The 'free' PC makes a comeback
Firm hopes users will watch ads for a computer
Metronomy says the free PCs will have a 56K dial-up modem and an Intel Celeron 2.4ghz processor.
LONDON, England (Reuters) -- A brand-new computer for free may sound too good to be true, but a British company is offering it to every UK household and even promising to replace it with a new machine after three years.
The catch? London-based Metronomy says in return for a free IBM personal computer worth 800 pounds ($1,400 U.S.), customers will have to bear with one minute of on-screen advertising for every 20 minutes of computer use.
Each household will also have to use the computer for at least 30 hours a month -- about an hour a day.
"What we're doing is apply the tradition of forced advertising breaks on television and radio to the home PC," said Metronomy chief executive and co-founder John Thornhill.
Thornhill, 32, who dreamt up the concept, said Metronomy was hoping some two million households would take up its offer in three years, giving it a big captive audience for advertisements.
Metronomy expects to lure computer literate people who do not own a computer.
Thornhill said many of Britain's 12 million households that now own computers may also be tempted to take up its offer, if only to own a new machine or upgrade to a more advanced one.
If successful, Metronomy's plans could raise PC penetration in Britain dramatically, but spell trouble for established UK computer retailers such as PC World, Dixons and Currys.
The business proposition is similar to the way many newspapers and television companies work, in that Metronomy hopes to cover its costs through revenues from advertising, which will be targeted to suit individual profiles.
It plans to lease the computers that will be made by International Business Machines, the world's top computer firm, with the lease underwritten by city institutions.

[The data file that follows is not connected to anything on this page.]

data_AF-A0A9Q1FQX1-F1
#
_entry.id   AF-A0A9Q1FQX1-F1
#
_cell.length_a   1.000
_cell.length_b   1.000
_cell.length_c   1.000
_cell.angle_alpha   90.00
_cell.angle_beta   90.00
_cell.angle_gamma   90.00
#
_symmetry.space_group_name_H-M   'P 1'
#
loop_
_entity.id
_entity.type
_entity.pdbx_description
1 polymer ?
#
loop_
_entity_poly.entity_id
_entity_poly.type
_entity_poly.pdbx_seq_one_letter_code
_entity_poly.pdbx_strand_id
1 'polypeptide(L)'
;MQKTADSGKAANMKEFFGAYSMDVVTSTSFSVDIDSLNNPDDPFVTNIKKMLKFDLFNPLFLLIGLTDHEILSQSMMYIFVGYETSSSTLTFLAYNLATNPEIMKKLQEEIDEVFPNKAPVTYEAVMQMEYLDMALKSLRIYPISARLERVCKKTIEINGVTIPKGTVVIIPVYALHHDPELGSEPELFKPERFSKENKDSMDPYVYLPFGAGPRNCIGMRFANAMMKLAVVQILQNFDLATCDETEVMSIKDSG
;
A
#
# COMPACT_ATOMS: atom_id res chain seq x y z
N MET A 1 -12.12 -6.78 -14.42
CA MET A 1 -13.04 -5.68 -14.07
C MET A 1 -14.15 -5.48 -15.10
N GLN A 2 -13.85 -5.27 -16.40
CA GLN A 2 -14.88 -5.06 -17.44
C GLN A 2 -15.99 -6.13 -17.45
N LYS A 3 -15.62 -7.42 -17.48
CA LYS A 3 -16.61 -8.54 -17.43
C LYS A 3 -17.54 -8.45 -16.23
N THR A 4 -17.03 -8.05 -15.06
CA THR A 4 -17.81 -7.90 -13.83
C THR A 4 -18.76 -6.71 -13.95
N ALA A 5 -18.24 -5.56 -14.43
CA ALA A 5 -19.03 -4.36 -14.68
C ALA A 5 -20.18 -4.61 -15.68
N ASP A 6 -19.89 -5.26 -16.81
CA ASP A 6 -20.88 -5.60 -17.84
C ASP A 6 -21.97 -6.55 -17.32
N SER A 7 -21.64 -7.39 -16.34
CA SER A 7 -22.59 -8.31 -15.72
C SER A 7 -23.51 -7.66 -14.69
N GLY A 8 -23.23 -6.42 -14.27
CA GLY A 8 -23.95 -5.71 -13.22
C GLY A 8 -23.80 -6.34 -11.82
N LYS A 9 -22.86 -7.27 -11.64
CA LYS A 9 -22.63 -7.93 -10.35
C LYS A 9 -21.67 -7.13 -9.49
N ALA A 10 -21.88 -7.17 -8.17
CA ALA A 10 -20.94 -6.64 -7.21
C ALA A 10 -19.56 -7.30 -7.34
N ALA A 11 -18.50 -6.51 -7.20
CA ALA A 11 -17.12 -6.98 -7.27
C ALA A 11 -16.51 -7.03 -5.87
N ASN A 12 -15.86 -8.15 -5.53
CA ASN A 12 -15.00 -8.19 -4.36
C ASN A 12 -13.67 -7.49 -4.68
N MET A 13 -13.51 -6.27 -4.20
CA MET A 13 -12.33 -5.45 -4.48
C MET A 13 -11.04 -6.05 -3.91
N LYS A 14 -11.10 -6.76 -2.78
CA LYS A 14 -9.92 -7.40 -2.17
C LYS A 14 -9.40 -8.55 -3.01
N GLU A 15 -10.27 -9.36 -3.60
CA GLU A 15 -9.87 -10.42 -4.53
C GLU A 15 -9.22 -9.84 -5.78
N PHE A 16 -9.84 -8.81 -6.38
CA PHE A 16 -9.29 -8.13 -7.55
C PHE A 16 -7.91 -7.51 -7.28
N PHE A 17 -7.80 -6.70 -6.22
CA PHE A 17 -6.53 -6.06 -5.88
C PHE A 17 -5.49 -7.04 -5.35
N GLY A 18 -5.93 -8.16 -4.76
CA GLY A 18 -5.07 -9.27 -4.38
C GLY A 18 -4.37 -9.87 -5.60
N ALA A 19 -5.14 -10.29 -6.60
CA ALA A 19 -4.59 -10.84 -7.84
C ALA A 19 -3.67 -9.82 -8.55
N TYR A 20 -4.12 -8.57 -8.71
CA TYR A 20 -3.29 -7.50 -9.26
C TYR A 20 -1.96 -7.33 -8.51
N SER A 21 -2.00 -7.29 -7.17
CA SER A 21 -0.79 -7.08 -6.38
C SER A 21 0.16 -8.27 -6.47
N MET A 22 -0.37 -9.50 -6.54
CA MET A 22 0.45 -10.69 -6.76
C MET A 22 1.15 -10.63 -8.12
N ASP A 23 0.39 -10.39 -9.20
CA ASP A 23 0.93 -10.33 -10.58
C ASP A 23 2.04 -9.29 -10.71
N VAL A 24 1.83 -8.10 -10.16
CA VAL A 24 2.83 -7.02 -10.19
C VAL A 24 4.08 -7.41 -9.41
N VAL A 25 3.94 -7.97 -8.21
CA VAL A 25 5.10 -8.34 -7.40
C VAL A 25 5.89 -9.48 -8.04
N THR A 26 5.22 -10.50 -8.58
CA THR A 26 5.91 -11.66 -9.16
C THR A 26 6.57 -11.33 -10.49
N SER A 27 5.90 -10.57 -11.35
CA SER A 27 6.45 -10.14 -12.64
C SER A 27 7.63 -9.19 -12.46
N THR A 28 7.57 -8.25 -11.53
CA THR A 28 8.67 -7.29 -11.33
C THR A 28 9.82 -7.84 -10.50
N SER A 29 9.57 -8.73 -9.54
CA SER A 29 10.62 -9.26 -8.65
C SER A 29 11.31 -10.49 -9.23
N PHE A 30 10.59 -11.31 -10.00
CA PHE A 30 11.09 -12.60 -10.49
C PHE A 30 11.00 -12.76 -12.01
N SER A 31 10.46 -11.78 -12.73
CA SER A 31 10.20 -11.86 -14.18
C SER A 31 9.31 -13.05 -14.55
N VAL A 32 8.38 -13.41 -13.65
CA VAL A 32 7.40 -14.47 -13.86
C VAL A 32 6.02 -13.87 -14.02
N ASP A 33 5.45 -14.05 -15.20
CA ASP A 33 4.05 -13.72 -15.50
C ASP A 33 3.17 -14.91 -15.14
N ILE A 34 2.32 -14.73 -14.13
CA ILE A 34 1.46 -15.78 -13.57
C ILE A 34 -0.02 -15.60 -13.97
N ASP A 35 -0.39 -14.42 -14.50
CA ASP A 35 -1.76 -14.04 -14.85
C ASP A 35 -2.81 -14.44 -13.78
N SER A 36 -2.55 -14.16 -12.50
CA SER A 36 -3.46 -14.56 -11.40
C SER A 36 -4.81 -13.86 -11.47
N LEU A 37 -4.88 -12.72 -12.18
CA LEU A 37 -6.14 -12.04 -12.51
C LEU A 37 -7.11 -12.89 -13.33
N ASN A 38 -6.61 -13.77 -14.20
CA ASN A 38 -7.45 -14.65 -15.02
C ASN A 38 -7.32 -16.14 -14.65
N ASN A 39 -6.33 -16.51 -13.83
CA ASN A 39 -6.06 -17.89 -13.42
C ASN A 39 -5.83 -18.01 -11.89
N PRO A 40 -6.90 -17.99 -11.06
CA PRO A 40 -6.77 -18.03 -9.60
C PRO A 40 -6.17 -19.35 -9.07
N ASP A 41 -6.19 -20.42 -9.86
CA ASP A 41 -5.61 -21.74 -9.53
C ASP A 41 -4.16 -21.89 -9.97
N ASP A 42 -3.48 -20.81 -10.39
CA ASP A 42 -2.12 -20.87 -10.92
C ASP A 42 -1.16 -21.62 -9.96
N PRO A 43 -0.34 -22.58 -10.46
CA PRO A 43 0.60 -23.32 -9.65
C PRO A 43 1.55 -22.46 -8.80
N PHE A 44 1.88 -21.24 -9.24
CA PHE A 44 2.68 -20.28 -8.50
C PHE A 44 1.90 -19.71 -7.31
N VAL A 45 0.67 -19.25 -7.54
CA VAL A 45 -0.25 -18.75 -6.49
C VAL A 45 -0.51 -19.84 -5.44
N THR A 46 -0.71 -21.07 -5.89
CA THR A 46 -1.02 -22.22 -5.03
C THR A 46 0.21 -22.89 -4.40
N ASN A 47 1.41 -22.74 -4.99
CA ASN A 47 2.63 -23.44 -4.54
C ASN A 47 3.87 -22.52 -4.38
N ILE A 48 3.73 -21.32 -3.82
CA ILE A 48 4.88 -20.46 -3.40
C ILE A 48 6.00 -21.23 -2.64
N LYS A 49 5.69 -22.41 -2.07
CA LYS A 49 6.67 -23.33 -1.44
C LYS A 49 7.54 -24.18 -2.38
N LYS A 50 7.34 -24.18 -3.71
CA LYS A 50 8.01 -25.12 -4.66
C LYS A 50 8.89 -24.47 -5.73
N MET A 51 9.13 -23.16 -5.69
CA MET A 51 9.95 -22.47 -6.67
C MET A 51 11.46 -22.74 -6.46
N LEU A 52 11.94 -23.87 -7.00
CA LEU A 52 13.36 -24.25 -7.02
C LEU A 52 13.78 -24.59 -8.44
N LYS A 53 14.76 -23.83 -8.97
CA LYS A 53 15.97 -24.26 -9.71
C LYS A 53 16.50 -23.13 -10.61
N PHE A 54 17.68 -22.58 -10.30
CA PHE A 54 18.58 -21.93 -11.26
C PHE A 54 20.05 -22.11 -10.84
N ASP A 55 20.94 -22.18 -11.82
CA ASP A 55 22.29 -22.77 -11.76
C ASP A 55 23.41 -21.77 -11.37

"We have formed alliances with the vast majority of biggest advertising groups in the world including Omnicom and Interpublic. They will be the funnel which brings in the revenues," said Thornhill.
Households getting Metronomy computers will be asked to fill up questionnaires online (www.metronomy.com) detailing family structure and preferences, all of which will sent back to the company.
Customers will then receive a compact disc each month containing advertisements to be shown over the following four weeks. The discs will need to be loaded onto the computer, and failure to do it will result in the machine getting disabled.
Advertisers can use the data for tailored campaigns. Thornhill said the advertisements will be of TV quality and will allow customers to interact directly with the advertiser.
"It's good for the families too, because they get something which is relevant to them. From the advertising point of view, this is a revolution," said Thornhill, adding that this method was better than interactive TV and cheaper than direct mailers.
"Interactive TV hasn't done as well as people hoped. People have this perception that its hard to renew your car insurance with a TV remote control. Whereas they're much more used to doing that with the keyboard," he said.
Will advertisers bite the bait? Thornhill thinks so. "We think that for advertisers, this is a much better chance of consumers taking their call to action."
Metronomy is pressing ahead with plans to start deliveries in February and March and start advertisements from April 1.
"Now and until probably the summer, we're going to put out a maximum of 200,000 [computers]. By summer we should know if it has worked. If it has, we should roll it out without any limit," he said.
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